The latest set of Team Sky’s accounts has been published and here is a closer look at their finances including a bumper budget.
Team Budget = £34.5 million
Team Sky’s budget for 2017 was £34,496,000, up 11% on the previous year as the screengrab from their filed accounts shows. It was equivalent to US$46.2 million or €38.6 million.
Again that’s for the year ending 2017, once the calendar year is done the accounts for Tour Racing Limited, the corporate entity better known as Team Sky are prepared and this time they were signed off in June. The team used to filed the accounts during July but now they’re posted just ahead of the statutory deadline of September (helpfully avoiding budget talk during the Tour?) As you can see the team makes no real profit, the surplus generated is equal to the tax bill due.
Since inception in 2010 the budget has more than doubled. Loyal readers will remember that 2015 saw a small decrease in part because the British Pound was riding high and therefore the currency went further when offering contracts in Euros to riders so budget movements are in part due to the exchange rate but the 2017 spend increased due to “strong rider performance leading to higher staff and rider costs”, meaning more wages and bonuses.
The screengrab above shows the three categories of income:
- Title sponsorship is obvious and notes to the accounts show that £21.5 million came from Sky and £3.8 million from 21st Century Fox. Why this split? Because Sky owns 85% of the team and 21st Century Fox the other 15% and the sponsorship payments are pro rata
- Performance sponsorship means other sponsorship for example from the likes of Pinarello, Castelli, Ford, Kask and others who don’t just supply the team but pay to supply the team and “other income” can include prize money, appearance fees and the participation fees that the UCI stipulates race organisers must pay World Tour team for starting
- Value in kind is presumably the value of items given to the team, be it team cars or frames.
Here you can see the staffing costs and the story here is that they’re taking a lot of their staff (like managers, cooks, soigneurs, mechanics) onto the team’s books whereas in the past they hired them in as independent contractors, for example in 2011 they only had three full-time staff. Don’t confuse staff with riders through, it’s different which explains why the wage bill for staff is only £2.9 million.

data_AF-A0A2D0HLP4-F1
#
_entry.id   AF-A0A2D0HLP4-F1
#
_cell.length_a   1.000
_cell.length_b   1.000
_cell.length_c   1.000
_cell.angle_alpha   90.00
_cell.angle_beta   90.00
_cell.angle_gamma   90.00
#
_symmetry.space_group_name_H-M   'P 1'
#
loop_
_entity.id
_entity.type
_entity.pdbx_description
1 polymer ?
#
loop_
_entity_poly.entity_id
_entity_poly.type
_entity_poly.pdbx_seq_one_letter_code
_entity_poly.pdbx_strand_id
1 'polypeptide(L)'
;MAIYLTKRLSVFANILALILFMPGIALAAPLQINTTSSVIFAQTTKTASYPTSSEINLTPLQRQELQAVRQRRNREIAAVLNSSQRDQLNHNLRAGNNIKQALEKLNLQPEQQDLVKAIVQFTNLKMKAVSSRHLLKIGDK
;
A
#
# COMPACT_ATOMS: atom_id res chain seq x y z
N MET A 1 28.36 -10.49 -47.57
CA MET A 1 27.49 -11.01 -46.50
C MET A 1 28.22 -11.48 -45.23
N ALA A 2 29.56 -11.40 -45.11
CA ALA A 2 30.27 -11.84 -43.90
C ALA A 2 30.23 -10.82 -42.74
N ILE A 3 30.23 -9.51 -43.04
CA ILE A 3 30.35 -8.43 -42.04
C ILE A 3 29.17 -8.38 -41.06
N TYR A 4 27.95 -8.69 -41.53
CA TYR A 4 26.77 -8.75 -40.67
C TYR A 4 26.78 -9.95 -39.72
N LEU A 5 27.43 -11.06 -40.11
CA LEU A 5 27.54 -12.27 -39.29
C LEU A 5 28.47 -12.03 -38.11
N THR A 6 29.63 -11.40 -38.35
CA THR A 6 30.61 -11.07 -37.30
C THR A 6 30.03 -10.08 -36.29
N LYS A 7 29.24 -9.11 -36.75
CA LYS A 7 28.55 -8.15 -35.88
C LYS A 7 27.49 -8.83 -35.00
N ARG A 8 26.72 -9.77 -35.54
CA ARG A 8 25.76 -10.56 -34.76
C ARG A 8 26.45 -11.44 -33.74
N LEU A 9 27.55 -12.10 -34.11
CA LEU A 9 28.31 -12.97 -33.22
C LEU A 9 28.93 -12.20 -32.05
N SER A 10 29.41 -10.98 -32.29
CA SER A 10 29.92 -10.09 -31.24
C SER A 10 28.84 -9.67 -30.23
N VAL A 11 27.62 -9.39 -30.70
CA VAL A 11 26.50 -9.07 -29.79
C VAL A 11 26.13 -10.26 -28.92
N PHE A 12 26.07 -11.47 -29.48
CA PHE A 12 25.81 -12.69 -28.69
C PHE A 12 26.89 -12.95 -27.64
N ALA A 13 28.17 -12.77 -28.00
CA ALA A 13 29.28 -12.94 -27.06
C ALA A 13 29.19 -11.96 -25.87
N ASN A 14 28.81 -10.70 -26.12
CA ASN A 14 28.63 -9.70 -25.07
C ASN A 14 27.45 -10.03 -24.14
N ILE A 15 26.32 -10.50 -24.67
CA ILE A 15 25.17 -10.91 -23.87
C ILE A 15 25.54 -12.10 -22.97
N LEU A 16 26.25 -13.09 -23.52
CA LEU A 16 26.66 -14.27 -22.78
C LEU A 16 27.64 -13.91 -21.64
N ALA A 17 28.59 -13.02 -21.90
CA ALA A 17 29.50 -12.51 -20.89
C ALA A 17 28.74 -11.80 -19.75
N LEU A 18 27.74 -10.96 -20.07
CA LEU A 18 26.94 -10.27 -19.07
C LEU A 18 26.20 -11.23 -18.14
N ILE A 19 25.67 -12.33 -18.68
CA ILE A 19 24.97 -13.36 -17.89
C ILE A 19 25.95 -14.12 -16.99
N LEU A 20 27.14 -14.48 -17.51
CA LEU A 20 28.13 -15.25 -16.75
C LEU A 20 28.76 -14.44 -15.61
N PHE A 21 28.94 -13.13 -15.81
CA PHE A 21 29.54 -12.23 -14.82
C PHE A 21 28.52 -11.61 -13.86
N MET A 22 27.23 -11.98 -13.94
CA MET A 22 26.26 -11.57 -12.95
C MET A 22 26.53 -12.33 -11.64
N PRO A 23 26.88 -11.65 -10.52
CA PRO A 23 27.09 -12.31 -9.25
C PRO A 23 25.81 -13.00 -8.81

Where is it spent? In the past Sky’s accounts used to breakdown the expenditure on wages, travel and so on but this year this isn’t in the notes any more. In the past wages accounted for roughly 80% of the budget and like all teams the wage bill is the biggest expense.
One note in the account mentions a provision for £2.8 million. This means they’ve set aside this money expecting “economic outflow to be probable”, a fancy way of saying they might have to cough up this money. This might be a small footnote in the accounts and a technical accounting matter but as a lump of cold hard cash it’s still significant.
Any assets? Not much, they have £2 million worth of vehicles, be it team cars, trucks and (if they’re not leasing it) Dave Brailsford’s motor home but these have been depreciated and written down to just £170,000
The team’s principal sponsor, Sky, is the subject of takeovers in London and New York. US telecoms and media company Comcast is battling 21st Century Fox to takeover Sky on the London Stock Exchange. Meanwhile Disney is trying to acquire 21st Century Fox too. This presents two ultimate scenarios: Comcast owns Sky or Disney owns Sky. In both cases a slew of media reports say James Murdoch, the biggest backer of the pro team, is leaving. For all the Wall Street reporting there’s no detail on the fate of the cycling team sponsorship, just a story to watch.
Team Sky’s budget for 2017 was £34.5 million, their highest amount and by extension the biggest ever seen in the World Tour. This reflects an increased wage bill. 2018 should be bigger and it’s likely 2019 will be even bigger as they’ve just re-signed Geraint Thomas on a huge contract and according to The Cycling Podcast they want to give Egan Bernal a five year deal worth millions, quite possibly the biggest and longest contract to date in pro cycling.
There’s been a lot of talk about team budgets, caps and more. Yet there’s no hard data for the World Tour meaning a public debate built on guestimates. The UCI does get each team audited but the findings are kept very private. Sky are one of the rare teams to publish a full set of accounts (Ag2r La Mondiale do to), it’s a legal requirement in the UK. Keep an eye on the stockmarket takeover of Sky which could change the title sponsorship in the years to come.
- Accounts available online at companieshouse.gov.uk
- Exchange rates at 31 December 2017: £1 GBP = US$ 1.34 = €1.12